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Do’s and Don’ts on Writing OKRs for Dramatic Growth

The article will provide an insight on Do’s and Don’ts on writing OKRs leading to successful implementation of OKR and hypergrowth.
Sourabh Jha

Sourabh Jha

writing  OKRs

OKRs are not a silver bullet or a magic potion. It is a tool.”

– John Doerr

The results of writing OKRs can be magical if we understand that there is a method in completely utilizing the framework. You can see that clearly while observing how some companies attribute a large part of their success to the OKR framework, while some are not able to implement the OKRs across their teams, even after several iterations. 

This is because there can be varying outcomes based on the effectiveness of the OKRs written by companies. Writing OKRs is a high-level engagement exercise at all levels of the organization to reap positive outcomes. Read on to find out how you too can dramatically increase outcomes by following some do’s and don’ts while writing OKR. 

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Let us divide the OKRs between Objectives and Key Results and understand the Dos and Don’ts individually.

Objectives are: What do we want to achieve?

Key Results are: How will we get there and what metrics will we use?

Do’s When Creating Objective

Goal Setting Process for writing OKRs

1 Ask, ‘Is the objective meaningful’?

Is it merely output-based or outcome-based? Does the objective help in achieving company goals? While the output is how much the team produces, outcomes are representative of change. For example, “Improve the delivery process so that there are very few customer complaints by the end of the third quarter” is outcome-based as opposed to, “Attend 100 calls per day” which is activity and task-based.

2 Make sure the objective is inspirational and transparent.

They should be empowering at all levels. For that, it needs to be accessible and visible to all ranks of the company so everyone is aware, reminded, and empowered at all phases of progress.

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3 Set objectives that are time-bound

Any goal must have deadlines so the employees get an idea of how productive they need to be in a given set of time. If there are no deadlines, employees are likely to slack off or even work on it forever.

4 Align the company objectives with the larger vision of the company.

Objectives need to be reevaluated to ensure that it adds value to the vision and mission of the company. A good objective is vital to the success of the company. An example of a good objective looks like- Increase brand visibility across the U.S.A, launch an educational app, design a framework that allows employees to work remotely, etc.

5 Objectives should be crisp, inspirational, and impactful.

 Objectives should be audacious and challenging not ‘business as usual’ that is taken for granted. Of course, they need to be realistically achievable as well. An unrealistic aspiration looks like, “Create life on Jupiter in a month”. Unrealistic goals will only discourage employees from achieving anything at all.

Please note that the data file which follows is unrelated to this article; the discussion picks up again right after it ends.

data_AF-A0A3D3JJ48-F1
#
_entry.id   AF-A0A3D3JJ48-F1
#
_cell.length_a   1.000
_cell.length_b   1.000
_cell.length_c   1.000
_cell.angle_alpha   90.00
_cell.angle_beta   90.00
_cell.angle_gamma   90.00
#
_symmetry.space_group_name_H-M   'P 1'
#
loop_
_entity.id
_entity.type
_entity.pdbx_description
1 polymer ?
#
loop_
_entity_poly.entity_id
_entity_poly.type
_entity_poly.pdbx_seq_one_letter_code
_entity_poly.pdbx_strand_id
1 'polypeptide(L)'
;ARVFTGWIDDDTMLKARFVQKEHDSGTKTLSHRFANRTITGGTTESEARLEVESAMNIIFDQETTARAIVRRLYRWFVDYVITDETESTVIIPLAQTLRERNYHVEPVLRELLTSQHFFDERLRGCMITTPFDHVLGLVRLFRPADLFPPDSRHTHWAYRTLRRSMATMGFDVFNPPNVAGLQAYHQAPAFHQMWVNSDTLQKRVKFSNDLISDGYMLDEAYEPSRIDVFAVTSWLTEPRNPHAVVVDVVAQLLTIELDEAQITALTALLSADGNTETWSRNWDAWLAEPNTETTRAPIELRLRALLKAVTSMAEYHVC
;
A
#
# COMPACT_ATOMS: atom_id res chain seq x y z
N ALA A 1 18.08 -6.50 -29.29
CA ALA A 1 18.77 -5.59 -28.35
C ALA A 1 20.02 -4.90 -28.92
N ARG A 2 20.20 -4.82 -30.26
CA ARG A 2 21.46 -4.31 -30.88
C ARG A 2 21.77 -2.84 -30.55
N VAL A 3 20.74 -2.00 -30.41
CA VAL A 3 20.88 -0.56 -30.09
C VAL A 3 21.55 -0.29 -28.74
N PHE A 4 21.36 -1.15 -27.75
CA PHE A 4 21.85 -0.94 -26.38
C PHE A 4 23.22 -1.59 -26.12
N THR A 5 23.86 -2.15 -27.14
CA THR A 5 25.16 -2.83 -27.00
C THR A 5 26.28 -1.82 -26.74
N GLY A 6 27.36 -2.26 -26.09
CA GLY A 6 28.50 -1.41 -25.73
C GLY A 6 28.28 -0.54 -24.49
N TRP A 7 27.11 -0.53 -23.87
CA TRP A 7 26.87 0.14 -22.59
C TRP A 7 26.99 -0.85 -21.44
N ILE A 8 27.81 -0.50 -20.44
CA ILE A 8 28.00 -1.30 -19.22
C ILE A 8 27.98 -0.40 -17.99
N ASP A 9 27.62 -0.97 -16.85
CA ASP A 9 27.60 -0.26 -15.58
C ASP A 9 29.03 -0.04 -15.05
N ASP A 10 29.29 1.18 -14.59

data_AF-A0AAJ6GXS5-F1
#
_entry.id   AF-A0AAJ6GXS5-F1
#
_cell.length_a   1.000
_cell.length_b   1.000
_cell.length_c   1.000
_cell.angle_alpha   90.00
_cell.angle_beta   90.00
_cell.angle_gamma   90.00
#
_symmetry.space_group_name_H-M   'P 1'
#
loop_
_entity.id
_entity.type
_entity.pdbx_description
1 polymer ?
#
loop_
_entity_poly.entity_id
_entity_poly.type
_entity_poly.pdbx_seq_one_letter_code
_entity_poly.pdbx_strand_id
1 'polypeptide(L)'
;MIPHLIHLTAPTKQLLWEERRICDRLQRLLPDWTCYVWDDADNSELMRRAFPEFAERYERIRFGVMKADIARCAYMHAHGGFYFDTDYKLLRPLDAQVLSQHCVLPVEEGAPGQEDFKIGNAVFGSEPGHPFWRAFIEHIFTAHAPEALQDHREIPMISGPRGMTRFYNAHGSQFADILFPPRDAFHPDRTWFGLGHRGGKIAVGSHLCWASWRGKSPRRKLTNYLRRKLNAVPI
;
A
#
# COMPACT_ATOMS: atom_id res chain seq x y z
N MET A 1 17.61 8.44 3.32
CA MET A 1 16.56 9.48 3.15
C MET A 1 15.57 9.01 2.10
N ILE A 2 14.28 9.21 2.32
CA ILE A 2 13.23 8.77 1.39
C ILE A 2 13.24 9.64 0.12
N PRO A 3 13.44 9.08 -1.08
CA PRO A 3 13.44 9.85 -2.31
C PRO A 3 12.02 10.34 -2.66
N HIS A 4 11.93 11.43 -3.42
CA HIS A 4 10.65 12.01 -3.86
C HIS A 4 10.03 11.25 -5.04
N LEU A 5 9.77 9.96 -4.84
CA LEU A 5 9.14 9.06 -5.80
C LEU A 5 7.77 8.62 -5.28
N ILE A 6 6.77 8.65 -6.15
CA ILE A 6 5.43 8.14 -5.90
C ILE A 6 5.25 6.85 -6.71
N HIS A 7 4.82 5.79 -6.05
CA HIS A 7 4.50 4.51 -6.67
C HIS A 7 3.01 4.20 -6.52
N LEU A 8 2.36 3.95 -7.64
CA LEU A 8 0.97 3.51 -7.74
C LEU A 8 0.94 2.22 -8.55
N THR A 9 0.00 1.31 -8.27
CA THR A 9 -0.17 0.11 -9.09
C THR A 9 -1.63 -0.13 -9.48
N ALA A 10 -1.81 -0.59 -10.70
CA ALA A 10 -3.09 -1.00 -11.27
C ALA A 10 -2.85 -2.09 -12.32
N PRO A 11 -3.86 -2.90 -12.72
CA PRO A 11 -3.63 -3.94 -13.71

6 There must be a sweet spot between aspirational and operational objectives.

Always reexamine to make sure both make a healthy blend. If the objectives are only aspirational, it becomes difficult to know where to begin. If operational objectives are included as a healthy blend, employees can gain a better vision of goals.

Reexamine the objectives while writing OKRs

Don’ts When Creating Objectives

1 Avoid objectives that are non-viable and complex.

 A non-viable objective looks like this- “Eliminate all other brands and become the only brand in the world. Outsource company services to outer space or increase profits by 100% by tomorrow”.

2 Don’t rule out the possibility of starting afresh.

If the team feels the objective is not challenging, consider starting afresh by changing the objective. Alternately, if the teams have achieved the goal easily then the OKRs are not drafted properly. 

But, remember that any strategy takes time to flower, and perhaps being patient and giving it time will yield the intended benefits. However, if the business atmosphere changes, prepare to be flexible and change- modify your OKR accordingly to meet new demands.

3 Don’t use cryptic, metaphorical language

 Be as precise as you can. When employees know exactly what is expected out of them, it makes it easier for them to work towards it. Poor understanding will mislead them.

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4 Steer clear of casual OKR.

OKRs shouldn’t be treated as Business-as-usual or as boxes to tick because they are not. They are grand goals and strategies you have set collectively. They can lead to the success you imagined for your company. So give it the respect it deserves.

5 Limit the number of objectives.

Too many objectives will make employees overwhelmed and discouraged. Rather, make them more challenging if you have to. Set 3-5 objectives for a single quarter and you will notice that employees are performing significantly better with fewer objectives.

Do’s When Creating Key Results

Focus on growth by writing OKRs